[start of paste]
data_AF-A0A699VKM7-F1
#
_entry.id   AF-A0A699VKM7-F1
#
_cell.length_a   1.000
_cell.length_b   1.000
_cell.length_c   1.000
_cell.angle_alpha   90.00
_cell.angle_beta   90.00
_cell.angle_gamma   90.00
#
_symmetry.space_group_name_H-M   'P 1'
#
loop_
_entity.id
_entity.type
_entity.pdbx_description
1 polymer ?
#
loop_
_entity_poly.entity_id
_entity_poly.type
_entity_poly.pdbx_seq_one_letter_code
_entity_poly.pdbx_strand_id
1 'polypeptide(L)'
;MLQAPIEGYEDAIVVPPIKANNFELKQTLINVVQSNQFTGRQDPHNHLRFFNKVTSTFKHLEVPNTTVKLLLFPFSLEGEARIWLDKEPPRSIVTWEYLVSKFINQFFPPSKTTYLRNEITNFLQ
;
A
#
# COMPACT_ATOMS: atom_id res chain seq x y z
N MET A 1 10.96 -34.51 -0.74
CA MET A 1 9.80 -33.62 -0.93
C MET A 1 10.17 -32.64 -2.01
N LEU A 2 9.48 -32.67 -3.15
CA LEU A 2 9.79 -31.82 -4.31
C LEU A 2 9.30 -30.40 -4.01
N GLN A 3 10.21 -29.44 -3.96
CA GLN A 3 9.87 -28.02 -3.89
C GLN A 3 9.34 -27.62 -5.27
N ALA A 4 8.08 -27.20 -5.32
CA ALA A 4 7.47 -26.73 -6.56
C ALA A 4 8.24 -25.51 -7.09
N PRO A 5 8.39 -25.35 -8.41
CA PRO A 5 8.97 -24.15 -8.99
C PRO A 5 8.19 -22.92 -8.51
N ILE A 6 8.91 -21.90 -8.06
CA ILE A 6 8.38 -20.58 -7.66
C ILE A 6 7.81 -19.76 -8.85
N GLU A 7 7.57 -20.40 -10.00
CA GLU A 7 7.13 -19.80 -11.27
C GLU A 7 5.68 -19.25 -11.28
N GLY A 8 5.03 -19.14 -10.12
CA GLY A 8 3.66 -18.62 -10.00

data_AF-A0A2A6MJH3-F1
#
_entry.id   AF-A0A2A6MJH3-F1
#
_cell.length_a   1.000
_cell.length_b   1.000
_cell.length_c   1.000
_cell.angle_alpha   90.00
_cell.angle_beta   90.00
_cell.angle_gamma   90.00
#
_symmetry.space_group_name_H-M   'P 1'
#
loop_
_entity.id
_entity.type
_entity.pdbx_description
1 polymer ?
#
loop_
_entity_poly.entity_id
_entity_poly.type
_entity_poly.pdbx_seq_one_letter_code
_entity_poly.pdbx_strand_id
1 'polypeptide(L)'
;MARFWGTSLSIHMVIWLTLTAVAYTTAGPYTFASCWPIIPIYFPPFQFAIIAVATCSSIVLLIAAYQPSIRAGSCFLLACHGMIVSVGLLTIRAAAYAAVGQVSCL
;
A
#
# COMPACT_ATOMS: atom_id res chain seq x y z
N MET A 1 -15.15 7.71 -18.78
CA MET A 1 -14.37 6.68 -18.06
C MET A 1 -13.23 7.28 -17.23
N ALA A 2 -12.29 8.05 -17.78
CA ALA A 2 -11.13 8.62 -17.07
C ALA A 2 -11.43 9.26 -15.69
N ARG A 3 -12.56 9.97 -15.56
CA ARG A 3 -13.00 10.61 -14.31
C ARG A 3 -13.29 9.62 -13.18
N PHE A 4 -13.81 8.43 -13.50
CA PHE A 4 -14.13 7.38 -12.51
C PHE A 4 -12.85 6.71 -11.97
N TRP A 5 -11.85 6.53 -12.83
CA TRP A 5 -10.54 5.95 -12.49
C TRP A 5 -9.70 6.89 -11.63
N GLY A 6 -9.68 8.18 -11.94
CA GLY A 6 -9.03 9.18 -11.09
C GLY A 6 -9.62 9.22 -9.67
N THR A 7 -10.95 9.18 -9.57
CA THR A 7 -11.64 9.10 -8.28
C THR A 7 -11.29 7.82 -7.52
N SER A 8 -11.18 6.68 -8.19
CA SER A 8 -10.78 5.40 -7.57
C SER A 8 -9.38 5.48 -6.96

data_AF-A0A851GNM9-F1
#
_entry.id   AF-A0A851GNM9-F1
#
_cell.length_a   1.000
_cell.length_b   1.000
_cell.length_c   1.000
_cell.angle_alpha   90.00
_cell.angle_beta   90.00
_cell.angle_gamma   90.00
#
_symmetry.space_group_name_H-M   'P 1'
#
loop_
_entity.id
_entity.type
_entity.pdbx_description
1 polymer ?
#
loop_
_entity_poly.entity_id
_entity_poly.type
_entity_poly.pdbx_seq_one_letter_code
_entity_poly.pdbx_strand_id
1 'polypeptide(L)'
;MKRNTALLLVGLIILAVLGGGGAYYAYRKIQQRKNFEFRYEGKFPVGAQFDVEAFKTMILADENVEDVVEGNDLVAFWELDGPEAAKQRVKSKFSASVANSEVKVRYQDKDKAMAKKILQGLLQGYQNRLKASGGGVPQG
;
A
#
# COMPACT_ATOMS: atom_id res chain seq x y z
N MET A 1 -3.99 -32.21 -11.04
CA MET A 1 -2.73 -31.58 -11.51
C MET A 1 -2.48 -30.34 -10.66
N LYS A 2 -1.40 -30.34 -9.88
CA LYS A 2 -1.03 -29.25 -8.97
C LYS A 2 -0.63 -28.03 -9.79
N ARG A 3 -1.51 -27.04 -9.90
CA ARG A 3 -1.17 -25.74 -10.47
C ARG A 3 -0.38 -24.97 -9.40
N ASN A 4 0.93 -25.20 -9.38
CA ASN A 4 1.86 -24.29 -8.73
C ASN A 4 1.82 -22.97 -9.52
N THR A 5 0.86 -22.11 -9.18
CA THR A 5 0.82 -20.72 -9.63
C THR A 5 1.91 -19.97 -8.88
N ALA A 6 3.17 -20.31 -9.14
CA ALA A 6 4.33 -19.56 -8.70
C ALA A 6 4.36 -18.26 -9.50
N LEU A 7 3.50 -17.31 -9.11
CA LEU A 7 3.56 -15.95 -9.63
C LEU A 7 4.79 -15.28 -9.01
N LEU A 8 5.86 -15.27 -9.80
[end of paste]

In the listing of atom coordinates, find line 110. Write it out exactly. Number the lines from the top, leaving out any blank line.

_entry.id   AF-A0A851GNM9-F1